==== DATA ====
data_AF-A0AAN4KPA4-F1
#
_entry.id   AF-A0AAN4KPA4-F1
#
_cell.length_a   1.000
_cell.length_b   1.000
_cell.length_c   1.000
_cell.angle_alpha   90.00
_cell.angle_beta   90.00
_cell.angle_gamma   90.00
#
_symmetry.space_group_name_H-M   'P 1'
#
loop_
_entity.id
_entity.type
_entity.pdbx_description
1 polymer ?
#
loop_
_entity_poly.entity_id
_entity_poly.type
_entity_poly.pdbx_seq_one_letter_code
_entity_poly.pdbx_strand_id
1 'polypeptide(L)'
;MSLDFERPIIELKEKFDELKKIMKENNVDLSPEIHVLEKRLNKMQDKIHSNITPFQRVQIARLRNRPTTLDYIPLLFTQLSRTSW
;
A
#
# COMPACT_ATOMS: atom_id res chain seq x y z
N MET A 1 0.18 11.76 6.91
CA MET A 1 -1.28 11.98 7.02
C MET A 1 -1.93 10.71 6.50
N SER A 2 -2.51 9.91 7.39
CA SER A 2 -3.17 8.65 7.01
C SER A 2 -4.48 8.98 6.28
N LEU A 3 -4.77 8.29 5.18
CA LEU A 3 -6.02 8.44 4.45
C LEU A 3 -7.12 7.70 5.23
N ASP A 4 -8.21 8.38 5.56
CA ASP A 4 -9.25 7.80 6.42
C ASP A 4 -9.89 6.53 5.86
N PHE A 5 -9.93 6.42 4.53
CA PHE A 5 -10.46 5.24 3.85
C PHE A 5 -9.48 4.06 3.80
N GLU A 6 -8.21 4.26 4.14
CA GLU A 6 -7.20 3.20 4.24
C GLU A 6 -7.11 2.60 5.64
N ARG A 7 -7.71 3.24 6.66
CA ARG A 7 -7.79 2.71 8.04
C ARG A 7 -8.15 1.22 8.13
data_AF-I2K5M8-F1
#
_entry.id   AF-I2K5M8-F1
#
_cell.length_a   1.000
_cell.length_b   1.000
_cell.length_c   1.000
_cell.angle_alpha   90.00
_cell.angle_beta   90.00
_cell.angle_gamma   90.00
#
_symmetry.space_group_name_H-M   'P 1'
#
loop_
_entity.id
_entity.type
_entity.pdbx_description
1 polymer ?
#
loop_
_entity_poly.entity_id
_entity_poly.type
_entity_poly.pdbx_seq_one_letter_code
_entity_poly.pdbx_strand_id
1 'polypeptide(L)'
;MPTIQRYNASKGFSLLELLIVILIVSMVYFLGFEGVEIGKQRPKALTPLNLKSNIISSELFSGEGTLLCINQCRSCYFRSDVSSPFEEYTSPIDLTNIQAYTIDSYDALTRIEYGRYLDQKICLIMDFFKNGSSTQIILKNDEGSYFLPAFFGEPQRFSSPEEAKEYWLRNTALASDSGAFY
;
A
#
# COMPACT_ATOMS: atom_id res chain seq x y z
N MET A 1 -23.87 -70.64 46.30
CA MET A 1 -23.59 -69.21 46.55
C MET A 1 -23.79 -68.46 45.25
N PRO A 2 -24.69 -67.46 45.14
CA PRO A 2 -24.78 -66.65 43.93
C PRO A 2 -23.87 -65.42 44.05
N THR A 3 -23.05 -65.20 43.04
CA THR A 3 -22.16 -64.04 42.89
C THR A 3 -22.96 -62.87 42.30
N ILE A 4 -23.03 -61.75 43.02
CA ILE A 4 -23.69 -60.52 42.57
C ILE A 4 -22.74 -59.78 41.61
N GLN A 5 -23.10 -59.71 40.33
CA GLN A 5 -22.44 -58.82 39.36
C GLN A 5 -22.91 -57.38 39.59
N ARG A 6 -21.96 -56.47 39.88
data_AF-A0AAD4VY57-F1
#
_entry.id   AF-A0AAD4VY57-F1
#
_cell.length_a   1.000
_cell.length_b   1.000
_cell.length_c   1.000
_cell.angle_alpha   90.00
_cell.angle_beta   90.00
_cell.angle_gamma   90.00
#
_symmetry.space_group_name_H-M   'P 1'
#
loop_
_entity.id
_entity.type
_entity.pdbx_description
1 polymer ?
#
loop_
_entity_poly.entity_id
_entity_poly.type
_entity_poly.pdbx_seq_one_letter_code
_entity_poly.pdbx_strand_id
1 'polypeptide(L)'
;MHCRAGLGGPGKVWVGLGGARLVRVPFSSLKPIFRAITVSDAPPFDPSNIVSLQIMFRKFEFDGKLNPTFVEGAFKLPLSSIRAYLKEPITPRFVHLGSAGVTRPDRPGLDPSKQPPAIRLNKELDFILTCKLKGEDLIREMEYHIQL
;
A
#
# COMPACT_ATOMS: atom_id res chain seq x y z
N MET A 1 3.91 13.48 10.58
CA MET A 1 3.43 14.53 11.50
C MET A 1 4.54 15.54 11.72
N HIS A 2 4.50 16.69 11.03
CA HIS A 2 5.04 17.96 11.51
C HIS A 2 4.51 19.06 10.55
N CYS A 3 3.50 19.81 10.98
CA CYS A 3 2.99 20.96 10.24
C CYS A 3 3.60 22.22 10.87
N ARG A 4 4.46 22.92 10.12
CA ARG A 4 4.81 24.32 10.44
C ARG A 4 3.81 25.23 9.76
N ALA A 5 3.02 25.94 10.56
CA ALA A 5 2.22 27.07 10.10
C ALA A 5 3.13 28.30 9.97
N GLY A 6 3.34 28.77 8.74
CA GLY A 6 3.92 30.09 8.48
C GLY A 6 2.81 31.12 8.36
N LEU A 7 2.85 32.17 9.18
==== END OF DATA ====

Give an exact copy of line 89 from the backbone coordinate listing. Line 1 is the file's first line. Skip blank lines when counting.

CA THR A 3 -22.16 -64.04 42.89